It happened today - June 16, 2015

railway Anyone up for some excitement? Well, fasten your safety restraints and hold on to your hats because on June 16, back in 1884, the first roller coaster in North America opened at Coney Island. Then quaintly known as a “switchback railway”, it was a monster, accelerating to a breathtaking 6 miles per hour. And even though it cost a full nickel to ride, it created a trend; by 1900 there were hundreds of them around the United States.

It’s easy to make fun of the excitement people derived from what now seems so sedate. It’s hard to believe Ferris Wheels were once exciting, though to a farmer who had never seen the world from above it must have been amazing when the fair came to town and they could suddenly see the familiar landscape of their life all laid out below them like a model. And obviously if you suffer acrophobia then no matter how solid, safe and slow it is, you suffer paroxysms of terror.

Likewise it is impossible to read today with a straight face the account New York governor Martin Van Buren sent to president Andrew Jackson (whose VP and successor he would later become): “The canal system of this country is being threatened by the spread of a new form of transportation known as ‘railroads.’... As you may well know, railroad carriages are pulled at the enormous speed of 15 miles an hour by engines, which, in addition to endangering life and limb of passengers, roar and snort their way through the countryside. The Almighty certainly never intended that people should travel at such breakneck speed.”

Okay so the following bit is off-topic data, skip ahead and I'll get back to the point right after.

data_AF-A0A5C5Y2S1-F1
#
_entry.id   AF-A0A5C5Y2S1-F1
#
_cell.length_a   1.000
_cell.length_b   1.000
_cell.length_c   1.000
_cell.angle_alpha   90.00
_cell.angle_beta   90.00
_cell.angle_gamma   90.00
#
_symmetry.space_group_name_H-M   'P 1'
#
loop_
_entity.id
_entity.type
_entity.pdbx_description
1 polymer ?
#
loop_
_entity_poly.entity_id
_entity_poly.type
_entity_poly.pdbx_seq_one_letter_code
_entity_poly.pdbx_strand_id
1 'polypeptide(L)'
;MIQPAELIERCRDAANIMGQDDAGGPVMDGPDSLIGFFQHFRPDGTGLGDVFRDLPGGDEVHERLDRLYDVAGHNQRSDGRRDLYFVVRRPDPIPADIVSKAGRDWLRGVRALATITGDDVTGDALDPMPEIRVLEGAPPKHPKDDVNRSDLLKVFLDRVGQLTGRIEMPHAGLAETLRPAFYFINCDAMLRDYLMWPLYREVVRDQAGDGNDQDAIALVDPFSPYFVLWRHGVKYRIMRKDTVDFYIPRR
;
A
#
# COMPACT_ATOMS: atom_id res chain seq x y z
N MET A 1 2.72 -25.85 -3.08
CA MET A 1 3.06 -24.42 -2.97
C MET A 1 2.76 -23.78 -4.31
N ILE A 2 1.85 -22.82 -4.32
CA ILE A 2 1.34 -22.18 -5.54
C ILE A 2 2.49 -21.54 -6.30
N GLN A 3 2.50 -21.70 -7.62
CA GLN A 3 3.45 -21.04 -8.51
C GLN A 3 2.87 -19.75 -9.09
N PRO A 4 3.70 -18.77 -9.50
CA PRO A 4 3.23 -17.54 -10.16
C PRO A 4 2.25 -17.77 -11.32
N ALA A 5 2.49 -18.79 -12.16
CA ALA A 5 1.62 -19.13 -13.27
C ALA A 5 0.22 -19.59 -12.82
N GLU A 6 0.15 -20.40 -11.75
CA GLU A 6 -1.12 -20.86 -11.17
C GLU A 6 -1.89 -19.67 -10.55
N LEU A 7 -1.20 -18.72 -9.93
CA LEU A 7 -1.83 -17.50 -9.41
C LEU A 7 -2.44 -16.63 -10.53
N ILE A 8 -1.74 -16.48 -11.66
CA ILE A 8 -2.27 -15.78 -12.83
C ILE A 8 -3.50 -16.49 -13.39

Jackson wasn’t persuaded; four years later he became the first president to ride on a train. And nor were the rest of us. Modern roller coasters are far more dramatic, even terrifying, than that original “switchback”. Canada’s Wonderland alone has over a dozen high-intensity roller coasters and other thrill rides that go well over 90 mph, 80 degree descents, drops of hundreds of feet and so on. Now to be fair by 1927 Coney Island had the Cyclone, which reached 60 mph and had a vertical drop of 85 feet. So obviously the roller coaster arms race got started early. And yet it is impossible to argue that people back in 1884 only thought they were having fun and mistook junk for cool technology, or that no one could enjoy a black and white movie or a song on a lute.

The fact is that both excitement and enjoyment have far more to do with what is inside us than what is outside. Modern people are jaded; we eat far more, travel further, drop faster and take ludicrous quantities of antidepressants.

I’m not saying I’d get much out of the Coney Island original myself. I’m not immune. But when you reflect on the passionate excitement it generated, it should enable you to believe that people in the past were not miserable because they didn’t have iPhones, gas-powered lawn mowers and Velcro.